It’s not often that you come across a Michelin-quality fine dining restaurant in a prime location that is also unpretentious, understated and affordable. But in a former jazz café on the corner of the Lindengracht and the Eerste Goudsebloemdwarsstraat in the historic Jordaan area of Amsterdam, you’ll find Daalder; a fine dining yet casual restaurant offering a creative Michelin-quality tasting menu.
The head chef Dennis Huwaë has worked at various Michelin-starred restaurants, including the renowned Fat Duck in the UK, and his creative flair is evident in his experimental and mouth-watering creations.
When I arrived at Daalder one Sunday afternoon for lunch, the restaurant gave little away. A corner restaurant tucked just behind the Noorderkerk and Noordermarkt square, Daalder is one street inward from the canals and thus just off the tourist track – despite still being walking distance from the Anne Frank house.
Outside, scruffy men were sat smoking cigarettes and drinking coffee in zip-up windbreakers, whilst inside a lone woman sat at the bar drinking a large beer, and an old man was reading his Sunday paper. The interiors consisted of dark woods, a practical terrazzo floor and a few Art Deco details, creating a Parisian bistro vibe.
The menu was written in chalk on a large blackboard; a 3, 4 or 5 course tasting menu for lunch (priced at €35, €42.50 or €50 respectively), or a 5, 6 or 7 course tasting menu for dinner (priced at €57.50, €65 or €72.50 respectively). There was no mention of what the dishes entailed – because they are a complete surprise, guided by both the guest’s preferences and the ingredients which are all hand picked in Paris by Dennis Huwaë himself.
After taking our drinks order, our waiter asked whether there’s anything that we don’t like (fois gras) or are allergic to – then the rest was in the chef’s hands. Not having a menu was refreshing in itself, as there was no worry about whether we had made the right choice (or time wasted reading through a long menu) and it was exciting not knowing what we were going to get.
Every dish was artfully composed, beautifully presented, and absolutely delicious. And with every dish the sommelier made recommendations from Daalder’s extensive wine menu. Each course looked like a work of art, and encompassed many flavours and textures.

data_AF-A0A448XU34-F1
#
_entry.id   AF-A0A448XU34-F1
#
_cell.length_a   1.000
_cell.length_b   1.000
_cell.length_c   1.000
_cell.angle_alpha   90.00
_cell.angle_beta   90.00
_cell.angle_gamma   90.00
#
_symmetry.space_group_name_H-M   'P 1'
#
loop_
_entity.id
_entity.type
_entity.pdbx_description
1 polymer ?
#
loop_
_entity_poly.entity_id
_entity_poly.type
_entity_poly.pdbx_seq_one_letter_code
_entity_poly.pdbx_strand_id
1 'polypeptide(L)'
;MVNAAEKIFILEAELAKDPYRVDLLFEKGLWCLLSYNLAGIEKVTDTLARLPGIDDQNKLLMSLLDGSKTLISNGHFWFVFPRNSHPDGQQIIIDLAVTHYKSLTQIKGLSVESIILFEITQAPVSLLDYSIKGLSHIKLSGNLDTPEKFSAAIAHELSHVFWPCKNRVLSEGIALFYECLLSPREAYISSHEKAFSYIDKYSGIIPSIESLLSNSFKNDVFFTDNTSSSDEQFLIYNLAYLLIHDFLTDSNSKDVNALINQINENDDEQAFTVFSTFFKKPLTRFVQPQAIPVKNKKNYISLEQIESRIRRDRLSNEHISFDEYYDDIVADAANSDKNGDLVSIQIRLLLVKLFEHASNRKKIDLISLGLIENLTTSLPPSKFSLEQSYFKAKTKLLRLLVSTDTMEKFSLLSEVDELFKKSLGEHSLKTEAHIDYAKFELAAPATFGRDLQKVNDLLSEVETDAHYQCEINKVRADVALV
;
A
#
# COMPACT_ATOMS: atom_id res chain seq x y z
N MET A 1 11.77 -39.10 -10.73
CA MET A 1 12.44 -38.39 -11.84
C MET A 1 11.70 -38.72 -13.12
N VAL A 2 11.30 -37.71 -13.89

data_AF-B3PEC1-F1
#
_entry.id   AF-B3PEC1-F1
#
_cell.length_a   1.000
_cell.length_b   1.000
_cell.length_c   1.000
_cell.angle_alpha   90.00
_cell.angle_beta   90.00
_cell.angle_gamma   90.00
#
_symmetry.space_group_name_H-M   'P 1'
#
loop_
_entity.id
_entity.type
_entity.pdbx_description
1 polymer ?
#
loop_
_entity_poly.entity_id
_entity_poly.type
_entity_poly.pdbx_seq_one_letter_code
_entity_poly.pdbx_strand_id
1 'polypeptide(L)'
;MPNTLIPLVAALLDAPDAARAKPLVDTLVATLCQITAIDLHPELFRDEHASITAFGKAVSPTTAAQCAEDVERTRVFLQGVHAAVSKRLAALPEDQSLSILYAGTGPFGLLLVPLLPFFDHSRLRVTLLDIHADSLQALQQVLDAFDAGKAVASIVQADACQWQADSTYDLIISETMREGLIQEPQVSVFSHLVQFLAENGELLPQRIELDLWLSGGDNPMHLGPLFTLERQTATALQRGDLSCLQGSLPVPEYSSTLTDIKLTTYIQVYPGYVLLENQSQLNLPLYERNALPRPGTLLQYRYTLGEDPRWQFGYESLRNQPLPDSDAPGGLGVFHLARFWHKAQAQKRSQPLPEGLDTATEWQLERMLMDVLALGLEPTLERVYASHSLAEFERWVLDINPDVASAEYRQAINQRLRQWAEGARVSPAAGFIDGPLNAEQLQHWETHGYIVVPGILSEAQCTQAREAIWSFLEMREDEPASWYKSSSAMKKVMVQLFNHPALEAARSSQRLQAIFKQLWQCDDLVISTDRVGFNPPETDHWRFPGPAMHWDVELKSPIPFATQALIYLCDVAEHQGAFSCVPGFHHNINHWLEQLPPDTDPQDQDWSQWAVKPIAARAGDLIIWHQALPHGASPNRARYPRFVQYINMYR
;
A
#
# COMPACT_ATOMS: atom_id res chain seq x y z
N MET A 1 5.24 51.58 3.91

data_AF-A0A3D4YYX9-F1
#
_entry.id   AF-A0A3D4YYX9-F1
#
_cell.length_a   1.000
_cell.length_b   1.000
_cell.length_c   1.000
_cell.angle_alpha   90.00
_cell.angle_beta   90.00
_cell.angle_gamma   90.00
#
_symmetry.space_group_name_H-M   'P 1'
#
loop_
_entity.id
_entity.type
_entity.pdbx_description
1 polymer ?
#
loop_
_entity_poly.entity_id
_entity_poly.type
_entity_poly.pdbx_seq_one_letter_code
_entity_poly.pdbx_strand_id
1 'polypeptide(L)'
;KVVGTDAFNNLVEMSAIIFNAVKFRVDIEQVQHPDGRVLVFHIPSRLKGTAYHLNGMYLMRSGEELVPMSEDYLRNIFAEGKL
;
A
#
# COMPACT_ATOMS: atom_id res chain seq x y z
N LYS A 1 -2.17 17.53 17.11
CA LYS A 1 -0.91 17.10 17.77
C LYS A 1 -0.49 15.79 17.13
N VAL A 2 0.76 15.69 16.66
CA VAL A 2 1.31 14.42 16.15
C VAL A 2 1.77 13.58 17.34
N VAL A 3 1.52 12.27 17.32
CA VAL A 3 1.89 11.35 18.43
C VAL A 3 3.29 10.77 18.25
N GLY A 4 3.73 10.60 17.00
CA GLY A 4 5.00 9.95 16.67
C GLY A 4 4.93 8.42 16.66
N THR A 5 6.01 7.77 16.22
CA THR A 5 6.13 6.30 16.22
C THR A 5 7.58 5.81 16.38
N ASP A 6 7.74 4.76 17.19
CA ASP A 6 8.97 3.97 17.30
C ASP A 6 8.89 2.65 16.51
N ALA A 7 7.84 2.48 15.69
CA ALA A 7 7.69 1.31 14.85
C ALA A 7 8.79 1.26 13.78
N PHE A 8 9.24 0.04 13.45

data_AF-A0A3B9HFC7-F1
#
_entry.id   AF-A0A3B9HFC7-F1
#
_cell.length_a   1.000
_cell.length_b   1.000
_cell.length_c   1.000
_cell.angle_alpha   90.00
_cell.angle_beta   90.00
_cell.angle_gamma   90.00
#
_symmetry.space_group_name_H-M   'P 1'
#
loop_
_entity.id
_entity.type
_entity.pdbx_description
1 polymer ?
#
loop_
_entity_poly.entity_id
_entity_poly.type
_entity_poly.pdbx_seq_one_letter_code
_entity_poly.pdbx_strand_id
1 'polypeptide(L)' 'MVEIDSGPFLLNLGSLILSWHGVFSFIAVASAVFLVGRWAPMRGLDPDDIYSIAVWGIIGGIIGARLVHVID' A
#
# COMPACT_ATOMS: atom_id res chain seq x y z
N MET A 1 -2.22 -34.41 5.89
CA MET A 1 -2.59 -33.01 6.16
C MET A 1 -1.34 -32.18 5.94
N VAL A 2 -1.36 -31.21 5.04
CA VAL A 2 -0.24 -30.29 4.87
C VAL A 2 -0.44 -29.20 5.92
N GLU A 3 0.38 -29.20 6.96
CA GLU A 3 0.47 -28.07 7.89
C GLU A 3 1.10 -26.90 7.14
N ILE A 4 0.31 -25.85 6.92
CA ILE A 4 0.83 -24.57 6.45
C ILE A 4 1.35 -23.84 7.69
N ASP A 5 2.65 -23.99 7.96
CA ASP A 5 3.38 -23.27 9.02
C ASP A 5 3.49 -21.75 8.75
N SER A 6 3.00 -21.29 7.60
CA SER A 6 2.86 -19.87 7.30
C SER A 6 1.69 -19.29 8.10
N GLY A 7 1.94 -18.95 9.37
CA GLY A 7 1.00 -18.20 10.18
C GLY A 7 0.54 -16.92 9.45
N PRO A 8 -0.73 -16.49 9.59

Our first course was a fluffy goats mousse served on top of a tangy rhubarb and hibiscus compote, with miniature ‘side sandwich’ meringues made with just egg whites.
We were advised to eat the ‘sandwiches’ first, and they dissolved instantly in our mouths, the savoury meringues leaving behind a faint bread taste – creating the illusion of a mini baguette.
The sommelier brought out a complimenting white wine from the Valenti vineyard in Sicily, explaining both the back story of the wine as well as the different notes and flavours.
Our empty plates were taken away and we continued sipping our wine until the second surprise arrived; a light and refreshing tuna tartar served with watermelon, avocado, chipotle mayonnaise, jalapeño salsa and green tomato.
The paired wine was a fruity and elegant Portuguese white, also called a ‘green wine’, which was citrussy, full bodied and balanced.
The next course was also beautifully presented and an unusual combination of ingredients; fluffy poached egg, cauliflower and coffee powder, with hidden croutons underneath to add texture.
The poached egg wasn’t eggy at all as there was no rubbery egg white (instead a melt-in-mouth frothy mousse), just a yolk in the middle that gave the egg away.
The dish came paired with French white wine from Château Barouillet, which was slightly floral and peachy, with an exotic and fruity aroma, citrus flavours and a medium finish.
Next came a turbot fish served in a rich soy and mushroom sauce, topped with green apple and lovage. The sauce was very rich and condensed, the taste similar to a peppercorn sauce, and the green apple and lovage herbs gave the dish a refreshing crisp tangy edge.
It came with the first red wine, a mild and light wine from Swellendam in South Africa, made from a blend of Shiraz, Mourvedre, Touriga Nacional and Trincadeira. The wine carried sweet plum, vanilla and forrest fruit aromas, with notes of black cherry and blackberries, and an under note of toasty oak and leather.
Our final savoury dish was langoustine served on a rich, sweet and velvety sweetcorn purée.
This prepared our palate for something sweet; a mango sorbet and mousse, topped with freshly grated cinnamon.
This came with a sweet dessert wine which we continued to drink long after the meal was finished. A truly captivating, concentrated, smooth and soft golden wine with roast apricot, peach and honey notes. Magnificent.
After experiencing Daalder’s five course tasting menu, it was no surprise how they have garnered such rave reviews. It really was a dining experience to savour, with each creation a delight to the palate. On top of this, the service was very professional and our server explained each course in detail when it arrived.
It might have been my first visit, but it certainly won’t be my last. It’s the ideal place to take family or a date, and great to take visitors due to it’s central location. Whether you live in Amsterdam or are planning a visit, it’s definitely an experience to add to your list. The food at Daalder is the equal of many Michelin-starred establishments, and surpasses most – for less than half the price.